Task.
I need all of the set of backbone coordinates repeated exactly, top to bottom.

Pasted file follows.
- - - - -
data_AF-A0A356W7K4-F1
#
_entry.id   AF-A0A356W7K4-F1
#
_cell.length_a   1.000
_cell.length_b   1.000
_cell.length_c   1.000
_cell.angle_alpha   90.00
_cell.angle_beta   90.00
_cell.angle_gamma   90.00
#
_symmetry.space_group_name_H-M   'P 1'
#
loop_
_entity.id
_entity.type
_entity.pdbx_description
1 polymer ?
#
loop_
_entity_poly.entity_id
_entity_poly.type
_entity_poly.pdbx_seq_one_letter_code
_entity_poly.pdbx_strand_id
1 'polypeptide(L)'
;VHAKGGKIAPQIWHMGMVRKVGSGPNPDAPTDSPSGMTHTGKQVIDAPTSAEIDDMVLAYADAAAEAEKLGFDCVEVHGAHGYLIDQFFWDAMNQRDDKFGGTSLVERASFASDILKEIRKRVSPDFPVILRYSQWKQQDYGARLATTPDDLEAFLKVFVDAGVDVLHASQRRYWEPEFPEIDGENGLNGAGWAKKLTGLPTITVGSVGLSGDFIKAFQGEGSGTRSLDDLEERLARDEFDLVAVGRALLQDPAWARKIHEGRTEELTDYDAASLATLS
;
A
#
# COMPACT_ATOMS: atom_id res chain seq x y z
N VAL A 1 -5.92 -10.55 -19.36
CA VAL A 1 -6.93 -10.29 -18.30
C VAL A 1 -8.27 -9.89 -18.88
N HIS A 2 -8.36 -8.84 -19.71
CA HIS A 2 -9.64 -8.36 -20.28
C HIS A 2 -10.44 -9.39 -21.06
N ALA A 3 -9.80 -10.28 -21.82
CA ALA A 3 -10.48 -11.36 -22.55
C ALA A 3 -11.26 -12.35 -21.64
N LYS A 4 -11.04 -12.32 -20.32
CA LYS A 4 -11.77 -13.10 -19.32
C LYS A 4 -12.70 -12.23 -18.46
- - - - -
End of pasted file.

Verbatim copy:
data_AF-A0A356W7K4-F1
#
_entry.id   AF-A0A356W7K4-F1
#
_cell.length_a   1.000
_cell.length_b   1.000
_cell.length_c   1.000
_cell.angle_alpha   90.00
_cell.angle_beta   90.00
_cell.angle_gamma   90.00
#
_symmetry.space_group_name_H-M   'P 1'
#
loop_
_entity.id
_entity.type
_entity.pdbx_description
1 polymer ?
#
loop_
_entity_poly.entity_id
_entity_poly.type
_entity_poly.pdbx_seq_one_letter_code
_entity_poly.pdbx_strand_id
1 'polypeptide(L)'
;VHAKGGKIAPQIWHMGMVRKVGSGPNPDAPTDSPSGMTHTGKQVIDAPTSAEIDDMVLAYADAAAEAEKLGFDCVEVHGAHGYLIDQFFWDAMNQRDDKFGGTSLVERASFASDILKEIRKRVSPDFPVILRYSQWKQQDYGARLATTPDDLEAFLKVFVDAGVDVLHASQRRYWEPEFPEIDGENGLNGAGWAKKLTGLPTITVGSVGLSGDFIKAFQGEGSGTRSLDDLEERLARDEFDLVAVGRALLQDPAWARKIHEGRTEELTDYDAASLATLS
;
A
#
# COMPACT_ATOMS: atom_id res chain seq x y z
N VAL A 1 -5.92 -10.55 -19.36
CA VAL A 1 -6.93 -10.29 -18.30
C VAL A 1 -8.27 -9.89 -18.88
N HIS A 2 -8.36 -8.84 -19.71
CA HIS A 2 -9.64 -8.36 -20.28
C HIS A 2 -10.44 -9.39 -21.06
N ALA A 3 -9.80 -10.28 -21.82
CA ALA A 3 -10.48 -11.36 -22.55
C ALA A 3 -11.26 -12.35 -21.64
N LYS A 4 -11.04 -12.32 -20.32
CA LYS A 4 -11.77 -13.10 -19.32
C LYS A 4 -12.70 -12.23 -18.46